The Challis and Salmon BLM of central Idaho appear to be ready to destroy much of the sage grouse habitat in the Lemhi, Pahsimeroi, and Lost River valleys, ironically in the name of protecting sage grouse.

As an ecologist, and someone who has studied both sagebrush and sage-grouse ecology, I find the proposal to crush 134,000 acres of sagebrush in prime and associated sage grouse habitat almost criminal. I do not say that lightly.

There is abundant scientific evidence that demonstrates that sagebrush is critical to sage grouse survival. Much of the area proposed for treatment currently does not even meet the BLM’s minimum levels of sagebrush cover for sage grouse, thus destroying tens of thousands of acres of sagebrush can only lead to the continued decline of sage grouse in the area.

There is also abundant evidence that disturbance of sagebrush landscapes leads to an increase in cheatgrass. Cheatgrass is an invasive annual grass that is highly flammable. Since it can increase wildfire frequency in sagebrush landscapes, it is one of the significant threats to sagebrush ecosystems and sage grouse.

But cheatgrass does not suddenly appear from space or with aliens. Instead, cheatgrass spread is a direct consequence of disturbance that harms native grasses and landscapes.

For instance, one recent study in Oregon that compared mowed and unmowed sagebrush sites concluded: “By the third year post-treatment annual forb and annual grass (cheatgrass) biomass production was more than nine and sevenfold higher in the mowed than reference treatment.”

Another 2012 study found: “The preponderance of literature indicates that habitat management programs that emphasize treating (like mowing) Wyoming big sagebrush are not supported with respect to positive responses by sage-grouse habitats or populations.” The same study went on to conclude: “Most published information suggests that treatments to winter or breeding habitats of sage-grouse have a negative effect on the species.”

Research published in 2018 concluded that “grazing impacts resulted in reduced site resistance to B. tectorum, suggesting that grazing management that enhances plant and biocrust communities will also enhance site resistance” (to cheatgrass).  Translation: If you want healthy sagebrush ecosystems, remove the irritations like livestock grazing.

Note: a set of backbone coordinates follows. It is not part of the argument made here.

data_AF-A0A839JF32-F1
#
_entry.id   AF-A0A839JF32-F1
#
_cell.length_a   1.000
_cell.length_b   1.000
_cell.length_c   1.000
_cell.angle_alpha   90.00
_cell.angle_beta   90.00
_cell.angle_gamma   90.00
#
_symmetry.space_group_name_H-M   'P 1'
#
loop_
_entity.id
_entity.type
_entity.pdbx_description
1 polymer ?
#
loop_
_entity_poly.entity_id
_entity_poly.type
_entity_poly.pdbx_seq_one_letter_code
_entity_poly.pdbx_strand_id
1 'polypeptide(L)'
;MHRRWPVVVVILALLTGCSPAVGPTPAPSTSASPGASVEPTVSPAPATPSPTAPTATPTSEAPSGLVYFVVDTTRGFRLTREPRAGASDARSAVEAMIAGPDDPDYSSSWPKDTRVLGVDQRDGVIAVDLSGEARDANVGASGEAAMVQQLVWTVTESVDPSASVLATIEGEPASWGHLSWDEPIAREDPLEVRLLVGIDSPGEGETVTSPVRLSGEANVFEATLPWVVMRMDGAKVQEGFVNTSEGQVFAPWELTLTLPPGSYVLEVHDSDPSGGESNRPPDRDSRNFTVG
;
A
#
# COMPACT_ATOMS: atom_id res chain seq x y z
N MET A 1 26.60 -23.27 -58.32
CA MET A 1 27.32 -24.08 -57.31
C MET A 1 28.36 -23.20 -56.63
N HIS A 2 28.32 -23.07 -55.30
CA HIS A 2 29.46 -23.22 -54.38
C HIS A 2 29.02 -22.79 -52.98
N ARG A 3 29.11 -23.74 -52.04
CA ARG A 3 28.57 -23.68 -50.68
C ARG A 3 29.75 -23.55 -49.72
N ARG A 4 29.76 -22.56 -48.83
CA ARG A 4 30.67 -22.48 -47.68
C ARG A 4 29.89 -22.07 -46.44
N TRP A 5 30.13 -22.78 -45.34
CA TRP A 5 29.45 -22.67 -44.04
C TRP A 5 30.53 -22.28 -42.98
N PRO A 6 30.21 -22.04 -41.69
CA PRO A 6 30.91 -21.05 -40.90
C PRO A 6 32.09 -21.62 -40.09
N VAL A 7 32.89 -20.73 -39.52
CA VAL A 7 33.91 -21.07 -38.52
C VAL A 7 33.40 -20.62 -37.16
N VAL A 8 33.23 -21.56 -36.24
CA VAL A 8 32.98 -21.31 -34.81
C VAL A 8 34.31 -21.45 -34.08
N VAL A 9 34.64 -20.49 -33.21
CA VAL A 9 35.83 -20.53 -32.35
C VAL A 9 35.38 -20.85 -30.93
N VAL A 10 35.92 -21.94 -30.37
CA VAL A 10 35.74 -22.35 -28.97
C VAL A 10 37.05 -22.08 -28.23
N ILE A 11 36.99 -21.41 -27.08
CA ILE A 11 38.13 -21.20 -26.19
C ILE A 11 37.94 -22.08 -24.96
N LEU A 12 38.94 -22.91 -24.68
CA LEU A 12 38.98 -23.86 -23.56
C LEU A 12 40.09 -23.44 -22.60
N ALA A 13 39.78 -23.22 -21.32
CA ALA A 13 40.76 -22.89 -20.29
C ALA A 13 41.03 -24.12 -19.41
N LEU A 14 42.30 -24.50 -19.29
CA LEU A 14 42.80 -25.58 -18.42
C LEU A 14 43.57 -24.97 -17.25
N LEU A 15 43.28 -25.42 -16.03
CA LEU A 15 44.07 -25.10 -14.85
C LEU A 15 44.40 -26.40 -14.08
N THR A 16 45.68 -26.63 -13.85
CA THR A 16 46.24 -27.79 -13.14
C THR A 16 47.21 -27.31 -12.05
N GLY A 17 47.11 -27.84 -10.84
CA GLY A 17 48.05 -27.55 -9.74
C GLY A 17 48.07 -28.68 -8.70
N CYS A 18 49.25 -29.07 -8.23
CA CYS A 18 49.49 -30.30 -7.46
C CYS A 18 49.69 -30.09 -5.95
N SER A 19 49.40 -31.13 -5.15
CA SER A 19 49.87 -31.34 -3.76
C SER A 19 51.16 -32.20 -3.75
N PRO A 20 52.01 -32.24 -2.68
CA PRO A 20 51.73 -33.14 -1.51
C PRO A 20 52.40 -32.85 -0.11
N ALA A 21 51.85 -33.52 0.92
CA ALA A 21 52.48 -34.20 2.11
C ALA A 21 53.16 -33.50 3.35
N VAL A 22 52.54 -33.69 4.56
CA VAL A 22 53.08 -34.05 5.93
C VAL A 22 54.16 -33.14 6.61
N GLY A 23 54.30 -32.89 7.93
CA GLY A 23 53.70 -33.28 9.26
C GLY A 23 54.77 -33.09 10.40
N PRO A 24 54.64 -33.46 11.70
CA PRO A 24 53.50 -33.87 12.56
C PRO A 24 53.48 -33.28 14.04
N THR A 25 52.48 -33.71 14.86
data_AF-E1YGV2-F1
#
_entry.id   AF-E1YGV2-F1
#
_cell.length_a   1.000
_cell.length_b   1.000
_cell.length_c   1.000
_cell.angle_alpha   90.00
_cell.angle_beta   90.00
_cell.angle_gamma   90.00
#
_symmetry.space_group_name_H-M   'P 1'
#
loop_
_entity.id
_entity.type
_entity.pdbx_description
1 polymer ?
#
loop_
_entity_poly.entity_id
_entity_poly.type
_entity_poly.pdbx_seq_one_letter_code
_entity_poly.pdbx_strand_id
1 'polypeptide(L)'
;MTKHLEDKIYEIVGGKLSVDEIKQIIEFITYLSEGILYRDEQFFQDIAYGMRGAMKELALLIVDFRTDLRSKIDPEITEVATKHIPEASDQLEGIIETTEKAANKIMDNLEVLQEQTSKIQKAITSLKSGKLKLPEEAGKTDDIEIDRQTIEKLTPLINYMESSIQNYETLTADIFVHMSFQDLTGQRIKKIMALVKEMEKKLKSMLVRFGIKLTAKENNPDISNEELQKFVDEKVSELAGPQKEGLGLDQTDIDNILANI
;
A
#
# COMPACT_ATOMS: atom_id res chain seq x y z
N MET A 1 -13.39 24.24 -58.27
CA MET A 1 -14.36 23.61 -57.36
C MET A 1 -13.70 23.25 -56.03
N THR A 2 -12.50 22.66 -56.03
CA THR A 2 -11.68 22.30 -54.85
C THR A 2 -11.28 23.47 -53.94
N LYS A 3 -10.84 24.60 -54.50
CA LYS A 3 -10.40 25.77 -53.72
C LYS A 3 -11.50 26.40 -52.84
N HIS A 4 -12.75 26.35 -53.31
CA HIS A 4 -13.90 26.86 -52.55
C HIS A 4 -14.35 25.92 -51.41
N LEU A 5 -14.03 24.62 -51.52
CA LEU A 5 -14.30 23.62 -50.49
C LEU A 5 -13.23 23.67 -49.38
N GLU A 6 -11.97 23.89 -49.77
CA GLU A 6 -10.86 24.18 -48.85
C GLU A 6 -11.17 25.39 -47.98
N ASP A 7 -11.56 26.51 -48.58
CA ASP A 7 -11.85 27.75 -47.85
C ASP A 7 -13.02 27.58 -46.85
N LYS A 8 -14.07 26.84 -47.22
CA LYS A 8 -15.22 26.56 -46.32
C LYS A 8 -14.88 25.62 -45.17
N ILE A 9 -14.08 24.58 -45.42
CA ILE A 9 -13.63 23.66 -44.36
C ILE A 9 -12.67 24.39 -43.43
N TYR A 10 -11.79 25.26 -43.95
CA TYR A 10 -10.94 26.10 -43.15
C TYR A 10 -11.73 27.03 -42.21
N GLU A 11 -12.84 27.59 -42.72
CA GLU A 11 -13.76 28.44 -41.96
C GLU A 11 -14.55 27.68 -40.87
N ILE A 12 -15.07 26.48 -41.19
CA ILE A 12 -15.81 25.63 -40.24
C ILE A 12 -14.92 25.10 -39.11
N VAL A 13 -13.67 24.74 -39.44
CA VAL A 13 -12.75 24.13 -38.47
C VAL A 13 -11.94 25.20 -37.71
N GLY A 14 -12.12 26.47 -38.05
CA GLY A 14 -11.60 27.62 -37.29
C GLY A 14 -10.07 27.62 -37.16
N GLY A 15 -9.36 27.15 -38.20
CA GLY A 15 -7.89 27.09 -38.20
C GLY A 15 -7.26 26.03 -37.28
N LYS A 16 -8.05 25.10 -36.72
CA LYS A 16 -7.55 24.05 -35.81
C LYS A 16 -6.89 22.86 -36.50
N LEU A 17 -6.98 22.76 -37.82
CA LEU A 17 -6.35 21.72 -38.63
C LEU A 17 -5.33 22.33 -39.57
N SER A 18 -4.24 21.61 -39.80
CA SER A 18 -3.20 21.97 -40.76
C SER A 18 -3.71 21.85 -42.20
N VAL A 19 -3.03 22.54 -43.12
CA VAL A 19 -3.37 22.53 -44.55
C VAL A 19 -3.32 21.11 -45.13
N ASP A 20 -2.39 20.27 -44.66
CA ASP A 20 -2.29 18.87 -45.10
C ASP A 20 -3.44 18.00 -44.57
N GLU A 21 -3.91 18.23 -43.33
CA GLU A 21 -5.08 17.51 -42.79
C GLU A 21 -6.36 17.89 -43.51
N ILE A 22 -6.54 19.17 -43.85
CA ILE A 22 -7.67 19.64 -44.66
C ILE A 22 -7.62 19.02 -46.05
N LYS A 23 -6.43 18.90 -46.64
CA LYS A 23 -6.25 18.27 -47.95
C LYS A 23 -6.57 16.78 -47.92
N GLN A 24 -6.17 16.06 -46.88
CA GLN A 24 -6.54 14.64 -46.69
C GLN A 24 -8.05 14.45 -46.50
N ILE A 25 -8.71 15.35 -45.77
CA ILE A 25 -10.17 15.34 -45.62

Beyond the fact that these treatments are likely to increase cheatgrass at the expense of sagebrush and sage grouse, the real threat to sage grouse in these valleys as well as elsewhere across much of its range is livestock production. Yet the BLM does not even consider the cumulative impacts of sagebrush destruction with the on-going adverse effects of domestic livestock production on these same lands.

If the BLM really wanted to improve things for sage grouse, it would be eliminating livestock grazing on OUR public lands.

For instance, much research has shown that the trampling of biological crusts enhances the spread of cheatgrass. Biological crust covers the soil in between perennial bunchgrasses and inhibits the seedling establishment of annual grasses like cheatgrass.

Cattle also the primary agent that has destroyed riparian areas and wet meadows which are critical habitat to sage-grouse chicks. Livestock breaks down creekbanks which can lead to entrenchment of waterways and a lowering of water levels which can lead to a shrinkage of wet meadow habitat. Plus, by consuming streamside vegetation and reducing hiding cover, cattle expose sage grouse chicks to predators.

Fences constructed to control livestock constitute a significant source of mortality to sage grouse. Sage grouse are weak fliers and tend to fly close to the ground. In some studies, as much as 30% of sage-grouse populations are killed by collisions with fences.

Fences also act as “lookout posts” for avian predators like ravens.

Why are their fences on public lands? Only one reason—to facilitate the exploitation of public resources for the benefit of private ranching interest.

Livestock also consumes many of the same forbs that sage grouse chicks require during the first couple of weeks of their lives, thus directly compete with sage grouse for an essential and critical food resource.